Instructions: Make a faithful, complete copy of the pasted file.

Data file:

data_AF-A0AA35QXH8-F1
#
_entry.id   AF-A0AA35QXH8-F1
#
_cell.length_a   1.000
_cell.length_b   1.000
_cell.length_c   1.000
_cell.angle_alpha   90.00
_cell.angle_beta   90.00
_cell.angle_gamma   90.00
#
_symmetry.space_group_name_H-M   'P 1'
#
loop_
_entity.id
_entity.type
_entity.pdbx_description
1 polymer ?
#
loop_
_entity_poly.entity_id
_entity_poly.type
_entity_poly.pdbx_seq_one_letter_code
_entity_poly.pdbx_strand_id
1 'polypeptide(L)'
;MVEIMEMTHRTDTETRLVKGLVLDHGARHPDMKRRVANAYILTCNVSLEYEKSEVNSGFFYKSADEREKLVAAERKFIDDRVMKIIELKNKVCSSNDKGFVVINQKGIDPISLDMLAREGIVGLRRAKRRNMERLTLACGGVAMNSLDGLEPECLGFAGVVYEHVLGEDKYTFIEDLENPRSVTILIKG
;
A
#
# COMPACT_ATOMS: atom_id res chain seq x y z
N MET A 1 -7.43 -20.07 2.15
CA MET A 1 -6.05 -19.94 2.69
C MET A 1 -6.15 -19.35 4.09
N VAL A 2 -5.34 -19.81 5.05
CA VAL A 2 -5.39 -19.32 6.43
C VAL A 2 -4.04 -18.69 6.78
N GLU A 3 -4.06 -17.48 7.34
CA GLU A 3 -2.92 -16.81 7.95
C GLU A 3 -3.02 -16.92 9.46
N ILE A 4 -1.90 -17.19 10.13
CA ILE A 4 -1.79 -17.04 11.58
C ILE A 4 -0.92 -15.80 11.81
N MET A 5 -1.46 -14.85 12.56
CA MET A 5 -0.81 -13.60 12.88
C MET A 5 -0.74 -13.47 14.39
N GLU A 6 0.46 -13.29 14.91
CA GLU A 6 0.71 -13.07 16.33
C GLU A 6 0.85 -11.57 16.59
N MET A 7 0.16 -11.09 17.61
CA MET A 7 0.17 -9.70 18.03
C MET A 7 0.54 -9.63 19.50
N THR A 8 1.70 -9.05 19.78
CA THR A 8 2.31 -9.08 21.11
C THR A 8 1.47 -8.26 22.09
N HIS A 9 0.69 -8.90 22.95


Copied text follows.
data_AF-A0AA35QXH8-F1
#
_entry.id   AF-A0AA35QXH8-F1
#
_cell.length_a   1.000
_cell.length_b   1.000
_cell.length_c   1.000
_cell.angle_alpha   90.00
_cell.angle_beta   90.00
_cell.angle_gamma   90.00
#
_symmetry.space_group_name_H-M   'P 1'
#
loop_
_entity.id
_entity.type
_entity.pdbx_description
1 polymer ?
#
loop_
_entity_poly.entity_id
_entity_poly.type
_entity_poly.pdbx_seq_one_letter_code
_entity_poly.pdbx_strand_id
1 'polypeptide(L)'
;MVEIMEMTHRTDTETRLVKGLVLDHGARHPDMKRRVANAYILTCNVSLEYEKSEVNSGFFYKSADEREKLVAAERKFIDDRVMKIIELKNKVCSSNDKGFVVINQKGIDPISLDMLAREGIVGLRRAKRRNMERLTLACGGVAMNSLDGLEPECLGFAGVVYEHVLGEDKYTFIEDLENPRSVTILIKG
;
A
#
# COMPACT_ATOMS: atom_id res chain seq x y z
N MET A 1 -7.43 -20.07 2.15
CA MET A 1 -6.05 -19.94 2.69
C MET A 1 -6.15 -19.35 4.09
N VAL A 2 -5.34 -19.81 5.05
CA VAL A 2 -5.39 -19.32 6.43
C VAL A 2 -4.04 -18.69 6.78
N GLU A 3 -4.06 -17.48 7.34
CA GLU A 3 -2.92 -16.81 7.95
C GLU A 3 -3.02 -16.92 9.46
N ILE A 4 -1.90 -17.19 10.13
CA ILE A 4 -1.79 -17.04 11.58
C ILE A 4 -0.92 -15.80 11.81
N MET A 5 -1.46 -14.85 12.56
CA MET A 5 -0.81 -13.60 12.88
C MET A 5 -0.74 -13.47 14.39
N GLU A 6 0.46 -13.29 14.91
CA GLU A 6 0.71 -13.07 16.33
C GLU A 6 0.85 -11.57 16.59
N MET A 7 0.16 -11.09 17.61
CA MET A 7 0.17 -9.70 18.03
C MET A 7 0.54 -9.63 19.50
N THR A 8 1.70 -9.05 19.78
CA THR A 8 2.31 -9.08 21.11
C THR A 8 1.47 -8.26 22.09
N HIS A 9 0.69 -8.90 22.95